In Count I of her Complaint, Plaintiff seeks to hold Defendant
directly liable for negligence. Plaintiff claims that Defendant was
directly negligent by (1) failing to use reasonable care under the
circumstances, (2) allowing an unsafe and hazardous condition to exist on
board the ship, (3) failing to properly and adequately warn her as to the
dangerous condition; (4) failing to properly evaluate Szumowski's
performance; and (5) failing to perform a background check on Szumowski.
Defendant argues that it is entitled to summary judgment on Count I
because it seeks to extend Defendant's duty of care beyond what is
reasonable under the circumstances and, instead, make Defendant an insurer
of its passengers' safety.
Defendant first challenges Plaintiffs allegations of "dangerous
conditions" by noting that the performer in this case was a natural person
and not a "condition." Plaintiff do not respond to this aspect of
Defendant's Motion and appear to have abandoned this theory of liability.
Instead, Plaintiff focuses her Response on Defendant's alleged failure to
investigate the character of Szumowski's act and provide adequate warnings
as to the reasonably foreseeable dangers it posed. While Defendant is
correct in asserting that a cruise line is not the insurer of its
passengers' safety, it still owes a duty to its passengers to exercise
reasonable care under all the circumstances. McCormick Shipping Corp. v.
Warner, 129 So.2d 448 (Fla. 3d DCA 1961); Carlisle v. Carnival Corp., 864
So.2d 1 (Fla. 3d DCA 2003). This duty includes a duty to warn passengers
of dangers the cruise line knows or reasonably should have known. See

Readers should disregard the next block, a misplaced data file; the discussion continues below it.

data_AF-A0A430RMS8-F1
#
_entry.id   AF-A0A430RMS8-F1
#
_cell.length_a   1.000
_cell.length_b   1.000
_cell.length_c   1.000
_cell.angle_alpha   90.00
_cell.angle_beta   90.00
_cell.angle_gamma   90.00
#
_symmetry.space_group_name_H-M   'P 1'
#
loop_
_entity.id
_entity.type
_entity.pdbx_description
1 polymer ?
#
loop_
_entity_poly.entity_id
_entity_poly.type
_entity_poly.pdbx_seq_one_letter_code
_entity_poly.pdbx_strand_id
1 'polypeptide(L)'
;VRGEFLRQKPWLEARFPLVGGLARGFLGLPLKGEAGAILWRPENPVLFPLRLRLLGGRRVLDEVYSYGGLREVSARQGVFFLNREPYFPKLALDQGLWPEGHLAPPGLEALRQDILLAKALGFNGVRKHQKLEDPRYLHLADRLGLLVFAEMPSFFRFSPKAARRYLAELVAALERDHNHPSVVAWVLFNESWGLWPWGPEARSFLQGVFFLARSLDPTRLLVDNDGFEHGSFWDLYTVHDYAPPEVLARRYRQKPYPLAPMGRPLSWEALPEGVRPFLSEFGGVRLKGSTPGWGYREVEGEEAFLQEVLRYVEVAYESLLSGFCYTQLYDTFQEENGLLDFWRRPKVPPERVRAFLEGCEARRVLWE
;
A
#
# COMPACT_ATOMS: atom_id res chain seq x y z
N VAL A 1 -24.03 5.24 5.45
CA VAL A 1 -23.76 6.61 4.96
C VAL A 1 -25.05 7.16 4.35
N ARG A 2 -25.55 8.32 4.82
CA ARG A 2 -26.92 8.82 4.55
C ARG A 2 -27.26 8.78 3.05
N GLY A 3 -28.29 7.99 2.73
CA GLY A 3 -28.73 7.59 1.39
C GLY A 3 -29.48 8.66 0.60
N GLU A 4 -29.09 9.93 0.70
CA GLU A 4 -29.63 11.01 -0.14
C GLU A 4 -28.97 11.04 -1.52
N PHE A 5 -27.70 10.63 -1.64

Carlisle v. Ulysses Line Ltd., S.A., 475 So.2d 248 (Fla. 3d DCA 1985). The
question of whether Defendant knew or should have known of the danger
posed by Szumowski's performance is a genuine issue of material fact
precluding summary judgment.
Although Defendant makes much of the fact that Plaintiff and
Plaintiff's husband acknowledged in their depositions that Szumowski's
action in throwing the object that injured Plaintiff was not a planned
part of the show, Plaintiff has adduced sufficient evidence of the
physical and highly audience-interactive nature of Szumowski's act from
which a reasonable fact finder could infer that Defendant was directly
negligent in failing to warn audience members or take other measures to
protect their safety. Specifically, Plaintiff has submitted a promotional
video of Szumowski's act which indicates that the act was somewhat
improvisational. The video shows Szumowski throwing things at audience
members for the entertainment of the audience. Moreover, Plaintiff cites
Szumowski's own deposition statement that he threw the object in question
here because he thought it would be funny and entertain the crowd. In view
of the foregoing, it appears that Plaintiff's own assessment of whether
Szumowski's conduct was part of the show is not dispositive of the
question of whether the Defendant cruise line knew or should have known
that Szumowski's act posed a danger of physical injury to audience
members. Therefore, the Court will not enter summary judgment as to Count
I. As for Counts II and III, however, summary judgment in favor of
Defendant is appropriate. Counts II and III seek to hold Defendant
vicariously liable for Szumowski's alleged battery and negligence,
respectively. It is undisputed that Szumowski was an independent
contractor. Where a performer is on board a vessel pursuant to an
agreement between the cruise line and the performer's employer, and